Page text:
Highways, Speed Bumps, and Traffic Lights

By DiAnn Mills @DiAnnMills

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Writers seldom become successful and create a marketable book—overnight. At least that wasn’t my experience. The victories and Dreamstriumphs are waylaid with rejection slips, disappointments, and  lots of rewrites. But when the first sale was made, I knew it was worth every drop of sweat and tears.

My journey began in 1996 when my husband gave me the ultimate challenge – “Stop telling me you’re going to one day write a book. Do it now. Quit your job, and if you can get anything published in the next year, then you never have to go back.”

I’m not a big person, but the cliche that dynamite comes in small packages fits my temperament. “All right. I will.” I’d sensed for a long time God wanted me to write, and I’d done so since a second grader. But an itch to write stories is a whole lot different from actually taking the necessary steps to make it happen.

The “I will” response to my husband meant I needed to approach my writing career as a novelist, not only to fulfill my dreams but also to look at my new position as a business. The first day in my writing career was met with lots of paper and a pencil, so I could erase and add to my thoughts. Being a newbie, a huge word count was writing 500 words per day. That goal became an action item in the DiAnn Mills’ plan.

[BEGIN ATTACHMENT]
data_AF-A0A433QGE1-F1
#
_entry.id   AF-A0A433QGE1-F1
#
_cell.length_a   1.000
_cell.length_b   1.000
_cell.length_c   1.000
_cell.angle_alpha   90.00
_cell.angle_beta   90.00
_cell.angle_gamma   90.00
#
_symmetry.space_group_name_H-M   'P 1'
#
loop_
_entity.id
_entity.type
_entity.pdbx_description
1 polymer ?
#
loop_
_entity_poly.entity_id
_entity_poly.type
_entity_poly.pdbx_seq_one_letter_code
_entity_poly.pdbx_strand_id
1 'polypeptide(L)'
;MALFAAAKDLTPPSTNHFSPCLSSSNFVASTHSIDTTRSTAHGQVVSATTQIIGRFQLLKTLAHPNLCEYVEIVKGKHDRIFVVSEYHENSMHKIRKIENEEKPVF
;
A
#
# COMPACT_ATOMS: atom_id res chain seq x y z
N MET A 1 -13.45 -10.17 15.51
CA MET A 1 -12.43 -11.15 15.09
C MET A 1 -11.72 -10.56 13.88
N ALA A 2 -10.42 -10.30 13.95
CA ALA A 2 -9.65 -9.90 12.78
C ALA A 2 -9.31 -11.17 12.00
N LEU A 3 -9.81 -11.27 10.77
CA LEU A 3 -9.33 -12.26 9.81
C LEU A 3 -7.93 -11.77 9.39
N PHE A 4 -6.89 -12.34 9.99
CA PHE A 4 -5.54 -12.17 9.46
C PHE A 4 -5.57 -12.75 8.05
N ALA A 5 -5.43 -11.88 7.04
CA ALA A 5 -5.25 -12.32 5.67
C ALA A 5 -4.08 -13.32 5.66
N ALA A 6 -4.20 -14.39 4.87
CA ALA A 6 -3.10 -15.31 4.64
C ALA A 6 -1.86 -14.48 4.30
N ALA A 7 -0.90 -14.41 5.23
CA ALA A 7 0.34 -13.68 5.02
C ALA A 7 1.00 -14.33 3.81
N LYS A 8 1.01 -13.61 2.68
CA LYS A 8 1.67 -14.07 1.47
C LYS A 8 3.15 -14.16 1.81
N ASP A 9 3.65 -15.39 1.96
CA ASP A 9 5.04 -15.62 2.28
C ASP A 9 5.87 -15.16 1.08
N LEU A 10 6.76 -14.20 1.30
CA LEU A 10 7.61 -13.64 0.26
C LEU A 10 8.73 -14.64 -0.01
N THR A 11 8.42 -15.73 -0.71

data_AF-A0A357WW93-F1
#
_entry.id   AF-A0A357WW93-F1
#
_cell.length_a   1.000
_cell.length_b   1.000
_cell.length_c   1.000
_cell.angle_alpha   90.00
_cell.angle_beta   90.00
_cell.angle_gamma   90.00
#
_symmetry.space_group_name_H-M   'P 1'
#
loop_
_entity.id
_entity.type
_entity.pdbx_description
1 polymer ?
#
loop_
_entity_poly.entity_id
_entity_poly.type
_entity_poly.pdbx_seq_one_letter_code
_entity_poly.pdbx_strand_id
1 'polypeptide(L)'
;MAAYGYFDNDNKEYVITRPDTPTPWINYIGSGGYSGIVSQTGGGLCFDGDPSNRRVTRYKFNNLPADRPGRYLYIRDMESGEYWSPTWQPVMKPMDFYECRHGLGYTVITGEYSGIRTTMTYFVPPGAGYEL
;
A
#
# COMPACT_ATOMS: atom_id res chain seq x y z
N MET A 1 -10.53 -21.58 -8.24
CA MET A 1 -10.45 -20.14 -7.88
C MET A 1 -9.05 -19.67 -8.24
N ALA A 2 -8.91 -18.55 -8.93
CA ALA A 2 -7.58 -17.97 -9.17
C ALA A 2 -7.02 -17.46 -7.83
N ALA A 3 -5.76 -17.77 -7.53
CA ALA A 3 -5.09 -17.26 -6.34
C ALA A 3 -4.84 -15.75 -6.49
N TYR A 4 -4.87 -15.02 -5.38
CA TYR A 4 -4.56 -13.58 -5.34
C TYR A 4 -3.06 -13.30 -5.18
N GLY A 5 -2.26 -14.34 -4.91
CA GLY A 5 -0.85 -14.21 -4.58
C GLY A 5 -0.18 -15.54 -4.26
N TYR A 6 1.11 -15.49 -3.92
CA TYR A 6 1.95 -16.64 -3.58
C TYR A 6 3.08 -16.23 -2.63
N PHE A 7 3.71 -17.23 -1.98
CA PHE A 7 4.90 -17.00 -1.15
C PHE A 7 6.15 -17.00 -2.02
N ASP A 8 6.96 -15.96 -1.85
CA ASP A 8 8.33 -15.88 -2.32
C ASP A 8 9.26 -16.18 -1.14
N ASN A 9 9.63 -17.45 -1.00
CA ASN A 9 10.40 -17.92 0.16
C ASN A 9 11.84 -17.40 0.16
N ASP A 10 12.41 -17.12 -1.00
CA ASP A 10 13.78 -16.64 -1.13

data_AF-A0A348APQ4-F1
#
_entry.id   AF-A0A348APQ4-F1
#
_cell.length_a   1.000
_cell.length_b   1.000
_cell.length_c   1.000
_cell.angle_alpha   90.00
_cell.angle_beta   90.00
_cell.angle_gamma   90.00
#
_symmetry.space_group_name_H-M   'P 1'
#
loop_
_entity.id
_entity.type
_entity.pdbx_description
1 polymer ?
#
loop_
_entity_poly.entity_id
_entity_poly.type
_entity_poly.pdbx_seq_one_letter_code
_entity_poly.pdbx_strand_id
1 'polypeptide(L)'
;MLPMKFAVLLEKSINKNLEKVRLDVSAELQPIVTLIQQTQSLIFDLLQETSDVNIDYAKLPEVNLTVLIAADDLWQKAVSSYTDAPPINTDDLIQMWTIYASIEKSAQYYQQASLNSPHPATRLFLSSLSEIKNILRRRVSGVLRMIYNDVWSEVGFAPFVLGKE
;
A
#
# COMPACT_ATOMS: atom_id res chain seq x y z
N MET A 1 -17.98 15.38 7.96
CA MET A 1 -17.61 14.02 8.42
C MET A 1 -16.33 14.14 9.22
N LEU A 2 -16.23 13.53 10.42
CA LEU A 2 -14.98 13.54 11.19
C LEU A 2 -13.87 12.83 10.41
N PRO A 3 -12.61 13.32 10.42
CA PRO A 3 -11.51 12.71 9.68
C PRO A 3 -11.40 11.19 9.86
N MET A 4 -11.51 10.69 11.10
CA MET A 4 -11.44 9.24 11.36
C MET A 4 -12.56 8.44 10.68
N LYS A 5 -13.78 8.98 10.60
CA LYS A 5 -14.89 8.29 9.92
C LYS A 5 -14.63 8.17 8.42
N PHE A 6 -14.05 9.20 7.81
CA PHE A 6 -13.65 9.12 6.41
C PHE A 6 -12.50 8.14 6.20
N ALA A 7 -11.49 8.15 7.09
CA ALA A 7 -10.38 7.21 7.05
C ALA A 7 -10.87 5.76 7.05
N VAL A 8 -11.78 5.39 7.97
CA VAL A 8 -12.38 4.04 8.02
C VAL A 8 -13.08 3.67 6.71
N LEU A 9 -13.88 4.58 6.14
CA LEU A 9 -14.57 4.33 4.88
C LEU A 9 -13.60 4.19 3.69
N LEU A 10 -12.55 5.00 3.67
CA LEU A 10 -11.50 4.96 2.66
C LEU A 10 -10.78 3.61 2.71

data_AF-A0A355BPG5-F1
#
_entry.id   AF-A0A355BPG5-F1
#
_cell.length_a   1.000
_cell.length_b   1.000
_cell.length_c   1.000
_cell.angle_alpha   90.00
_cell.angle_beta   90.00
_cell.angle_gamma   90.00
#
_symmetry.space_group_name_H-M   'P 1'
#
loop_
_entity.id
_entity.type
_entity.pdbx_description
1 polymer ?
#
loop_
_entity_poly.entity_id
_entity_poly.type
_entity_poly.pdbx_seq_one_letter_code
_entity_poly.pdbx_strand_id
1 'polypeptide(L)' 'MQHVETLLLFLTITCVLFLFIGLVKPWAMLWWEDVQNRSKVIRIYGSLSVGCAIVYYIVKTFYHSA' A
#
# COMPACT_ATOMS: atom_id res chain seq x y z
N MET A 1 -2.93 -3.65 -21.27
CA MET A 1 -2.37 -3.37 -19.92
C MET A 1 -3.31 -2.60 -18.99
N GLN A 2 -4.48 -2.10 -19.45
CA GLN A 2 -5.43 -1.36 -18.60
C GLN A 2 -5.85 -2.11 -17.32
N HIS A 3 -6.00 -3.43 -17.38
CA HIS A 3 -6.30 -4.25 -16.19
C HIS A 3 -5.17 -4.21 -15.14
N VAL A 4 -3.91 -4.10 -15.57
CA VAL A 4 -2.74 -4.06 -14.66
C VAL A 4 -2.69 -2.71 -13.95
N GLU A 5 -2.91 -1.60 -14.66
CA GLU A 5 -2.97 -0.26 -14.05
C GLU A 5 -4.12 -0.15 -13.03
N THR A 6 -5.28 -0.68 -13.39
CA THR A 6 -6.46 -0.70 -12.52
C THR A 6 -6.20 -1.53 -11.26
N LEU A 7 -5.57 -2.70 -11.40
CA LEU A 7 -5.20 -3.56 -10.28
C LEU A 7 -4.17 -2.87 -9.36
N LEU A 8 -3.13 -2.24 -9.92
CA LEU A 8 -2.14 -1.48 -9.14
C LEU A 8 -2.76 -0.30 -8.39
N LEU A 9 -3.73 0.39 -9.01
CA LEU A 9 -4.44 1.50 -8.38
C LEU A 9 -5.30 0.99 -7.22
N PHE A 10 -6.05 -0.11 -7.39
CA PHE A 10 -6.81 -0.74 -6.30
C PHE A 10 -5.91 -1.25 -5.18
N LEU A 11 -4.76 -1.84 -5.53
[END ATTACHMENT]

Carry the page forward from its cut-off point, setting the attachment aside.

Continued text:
patienceDid I mention I had to learn how to use a computer? My husband worked in the computer industry, and he gave me patient instruction. Good thing, because I needed patience!

The final outline looked something like this:

  1. Priorities: God, my husband, my family, and my writing. In that order.
  2. Develop a mission statement—This is unique for every writer.
  3. Write 500 words per day. Stay in the chair until it is done. (This now 2000 to 2500 words).
  4. Read every day from a how-to book.
  5. Read from the genre I want to write.
  6. Read from the bestseller list—the Christian and the General market top sellers.
  7. Search out a writer’s group and become an active participant.

The seven items were simple, but they kept me busy more than eight hours a day. As time went on, I watched movies to discover plot points, characterization, and dialogue.

When I realized I needed a critique partner, I started a group in my home. All I needed was writers, freshly baked cookies, coffee, and an open heart. For ten years Wordsmith met once a month, encouraging and supporting each other. One of the valuable lessons I’ve learned is when to say no to the demands of my schedule. That one was tough!

Over the years, I’ve adjusted my style and thinking according to changes in the publishing industry. If I believed a character grew into a better person by dealing appropriately with change, then I must apply the principle to my own writing. I started publishing romance novels but wanted to write suspense. I took a deep breath and made the plunge into writing suspense-filled novels.hardwork

Social media rose as the number one means of reaching others around the world. The process of establishing myself on various social media platforms was a means of making friends, helping others, and growing my relationship with those whom I’d never met.

In case you’re wondering, during that first year of determined writing, I sold devotionals, a short story, and a novel. Never went back to the old job.

The past twenty years have been well worth my husband’s challenge. He’s my best cheerleader.
Dreams and goals don’t have to be a dead end street. No matter what challenges you face when starting something new, seek out the knowledge and take the ride of your life.

What goal is nudging you forward?

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